Correcting gamut errors in Resolve will limit your creativity and eat up your time. Spend the $$ on a Harris and sleep at night.

d


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Robbie Carman
Re: Legalizing Chroma for Broadcast
on Oct 23, 2012 at 7:56:47 pm

I of course agree with JPo and Dean but I should be noted that even the DL860 is not a perfect machine. Recently on super saturated, dark and grainy footage (recreation scenes) even the 860 is not fixing the out of gamut stuff (0-700mv on RGB Gamut). This stuff of course was 9 billion percent illegal so I didn't expect it to really fix it - you still from time to time give shots some manual love.

On shows like that I'm a big fan placing a track node and applying a little clipping at the top and bottom end of things for safety sake. I agree that legalizing manually RGB gamut issues can be a little tedious but some soft clipping goes a long way!

And as JPo said the only way you can really know for sure is by having a dedicated Gamut scope like the diamond or eye.

Robbie Carman
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Christian Stoehr
Re: Legalizing Chroma for Broadcast
on Oct 23, 2012 at 9:01:09 pm

Thanks guys, so without running out and buying a Hardware scope right now, are there any options software only, or do I have to play the (75% Vectorscope) crude game I guess.

I am confused that a software like DaVinci can`t integrate a limiter node or full fledged scope ?
I am waiting for the delivery of a Flanders Scientific monitor that has build in scopes, not sure if that will help ?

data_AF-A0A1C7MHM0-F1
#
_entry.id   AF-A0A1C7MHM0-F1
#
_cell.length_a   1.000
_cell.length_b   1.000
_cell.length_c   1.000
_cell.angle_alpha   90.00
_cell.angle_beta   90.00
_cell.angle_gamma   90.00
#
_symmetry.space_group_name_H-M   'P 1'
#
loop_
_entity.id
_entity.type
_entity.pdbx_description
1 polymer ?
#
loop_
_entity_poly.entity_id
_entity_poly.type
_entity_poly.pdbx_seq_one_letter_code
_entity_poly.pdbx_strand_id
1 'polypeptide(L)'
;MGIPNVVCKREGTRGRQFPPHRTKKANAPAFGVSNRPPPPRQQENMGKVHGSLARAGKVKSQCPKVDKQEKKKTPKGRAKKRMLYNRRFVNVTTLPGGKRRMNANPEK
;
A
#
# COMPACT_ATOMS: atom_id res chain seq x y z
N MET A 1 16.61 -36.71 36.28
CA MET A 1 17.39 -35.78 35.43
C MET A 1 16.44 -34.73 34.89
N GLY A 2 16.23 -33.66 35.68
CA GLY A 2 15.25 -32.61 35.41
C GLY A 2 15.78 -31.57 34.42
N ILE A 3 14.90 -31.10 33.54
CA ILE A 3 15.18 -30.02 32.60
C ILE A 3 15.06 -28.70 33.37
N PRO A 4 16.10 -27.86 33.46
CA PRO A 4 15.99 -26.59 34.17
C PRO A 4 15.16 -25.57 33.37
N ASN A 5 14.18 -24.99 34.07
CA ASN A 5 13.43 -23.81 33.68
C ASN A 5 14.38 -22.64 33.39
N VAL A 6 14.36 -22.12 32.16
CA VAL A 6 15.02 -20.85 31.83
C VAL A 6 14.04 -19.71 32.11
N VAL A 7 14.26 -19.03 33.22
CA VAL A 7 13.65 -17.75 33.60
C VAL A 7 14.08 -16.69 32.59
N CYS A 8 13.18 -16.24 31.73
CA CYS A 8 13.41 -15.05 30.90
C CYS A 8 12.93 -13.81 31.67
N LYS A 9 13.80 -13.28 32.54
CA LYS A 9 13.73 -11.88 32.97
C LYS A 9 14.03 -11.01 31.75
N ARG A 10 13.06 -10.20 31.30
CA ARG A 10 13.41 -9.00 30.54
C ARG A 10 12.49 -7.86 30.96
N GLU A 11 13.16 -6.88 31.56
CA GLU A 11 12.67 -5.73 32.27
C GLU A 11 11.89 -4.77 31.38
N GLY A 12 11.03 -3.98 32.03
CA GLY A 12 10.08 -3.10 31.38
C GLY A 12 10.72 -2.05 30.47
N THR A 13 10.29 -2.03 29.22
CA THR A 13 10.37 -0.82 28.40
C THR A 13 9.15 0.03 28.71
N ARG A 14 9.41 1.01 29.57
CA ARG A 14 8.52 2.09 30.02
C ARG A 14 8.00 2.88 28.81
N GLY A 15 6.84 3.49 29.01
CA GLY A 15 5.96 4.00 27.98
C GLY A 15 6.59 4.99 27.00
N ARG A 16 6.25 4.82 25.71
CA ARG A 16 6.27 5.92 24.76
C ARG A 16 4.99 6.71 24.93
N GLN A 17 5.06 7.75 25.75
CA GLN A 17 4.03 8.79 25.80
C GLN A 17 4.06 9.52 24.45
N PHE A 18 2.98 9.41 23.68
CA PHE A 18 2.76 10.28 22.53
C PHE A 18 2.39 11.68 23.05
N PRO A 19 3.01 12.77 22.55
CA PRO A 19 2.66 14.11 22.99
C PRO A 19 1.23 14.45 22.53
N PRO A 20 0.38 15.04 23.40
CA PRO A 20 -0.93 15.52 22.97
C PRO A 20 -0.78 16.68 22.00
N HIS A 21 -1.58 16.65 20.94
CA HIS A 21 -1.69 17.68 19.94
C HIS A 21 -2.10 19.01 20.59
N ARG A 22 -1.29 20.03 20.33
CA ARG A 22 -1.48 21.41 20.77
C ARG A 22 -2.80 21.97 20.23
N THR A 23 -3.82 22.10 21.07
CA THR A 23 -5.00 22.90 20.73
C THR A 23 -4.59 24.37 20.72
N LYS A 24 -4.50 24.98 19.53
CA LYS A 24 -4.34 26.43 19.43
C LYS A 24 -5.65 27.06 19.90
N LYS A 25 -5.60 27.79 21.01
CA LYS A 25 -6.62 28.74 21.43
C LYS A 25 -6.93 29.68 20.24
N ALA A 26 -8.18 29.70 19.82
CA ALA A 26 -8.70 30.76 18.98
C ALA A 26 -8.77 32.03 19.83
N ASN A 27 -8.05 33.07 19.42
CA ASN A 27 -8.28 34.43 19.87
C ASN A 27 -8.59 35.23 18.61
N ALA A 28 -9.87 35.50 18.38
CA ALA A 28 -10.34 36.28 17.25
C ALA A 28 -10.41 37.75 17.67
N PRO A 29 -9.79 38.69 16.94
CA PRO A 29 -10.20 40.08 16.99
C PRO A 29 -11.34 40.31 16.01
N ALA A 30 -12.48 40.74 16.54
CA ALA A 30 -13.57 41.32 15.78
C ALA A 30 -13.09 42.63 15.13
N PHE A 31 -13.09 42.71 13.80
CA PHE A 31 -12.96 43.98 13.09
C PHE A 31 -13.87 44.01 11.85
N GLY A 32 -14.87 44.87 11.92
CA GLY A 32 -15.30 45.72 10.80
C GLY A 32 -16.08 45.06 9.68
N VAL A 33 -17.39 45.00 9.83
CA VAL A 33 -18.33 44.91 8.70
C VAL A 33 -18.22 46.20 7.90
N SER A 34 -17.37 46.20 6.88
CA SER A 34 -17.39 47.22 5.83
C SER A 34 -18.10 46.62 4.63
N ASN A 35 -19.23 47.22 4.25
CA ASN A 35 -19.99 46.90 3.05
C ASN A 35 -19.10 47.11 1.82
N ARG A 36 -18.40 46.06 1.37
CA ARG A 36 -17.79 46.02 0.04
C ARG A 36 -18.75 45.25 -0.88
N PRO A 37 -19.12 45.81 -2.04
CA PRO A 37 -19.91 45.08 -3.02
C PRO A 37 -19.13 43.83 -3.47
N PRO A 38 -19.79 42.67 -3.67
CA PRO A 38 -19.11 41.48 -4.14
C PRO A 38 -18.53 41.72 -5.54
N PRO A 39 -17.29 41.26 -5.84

Can you describe the soft clipping process for chroma, how do you set that up. I was able to do a LUT for the luminance that works great, since I can now crush the blacks as much as I want without having to worry.


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Joseph Owens
Re: Legalizing Chroma for Broadcast
on Oct 24, 2012 at 3:01:34 pm

[Christian Stoehr] "I am confused that a software like DaVinci can`t integrate a limiter node or full fledged scope ?
I am waiting for the delivery of a Flanders Scientific monitor that has build in scopes, not sure if that will help ? "


On item A, adding a fuller-figured scope to Resolve would eat a significant number of CPU cycles -- even BMD's Ultrascope needs to run on a separate machine not to get in each others' way. Observing Resolve's behaviour in Legal Video mode though, it is very difficult to generate values outside normal limits, although it can be done with extraordinary means. *Not saying that Resolve cannot generate out of gamut values.*

It would also add about $8-$10K to the price tag, considering the MSRP of a base-model TVM-900, for example.

The Flanders scopes are about the same, nobody really does YRGB parade plus gamut except the hardware scope manufacturers, with the exception of the on-screen area warnings that you can turn on in many models. However, having lurid, flashing pixels in your supposedly nicely behaving grade monitor can be at minimum annoying if not ultimately distracting.

I'm very happy having all the flashing lights and sirens going off somewhere other than my judgement view.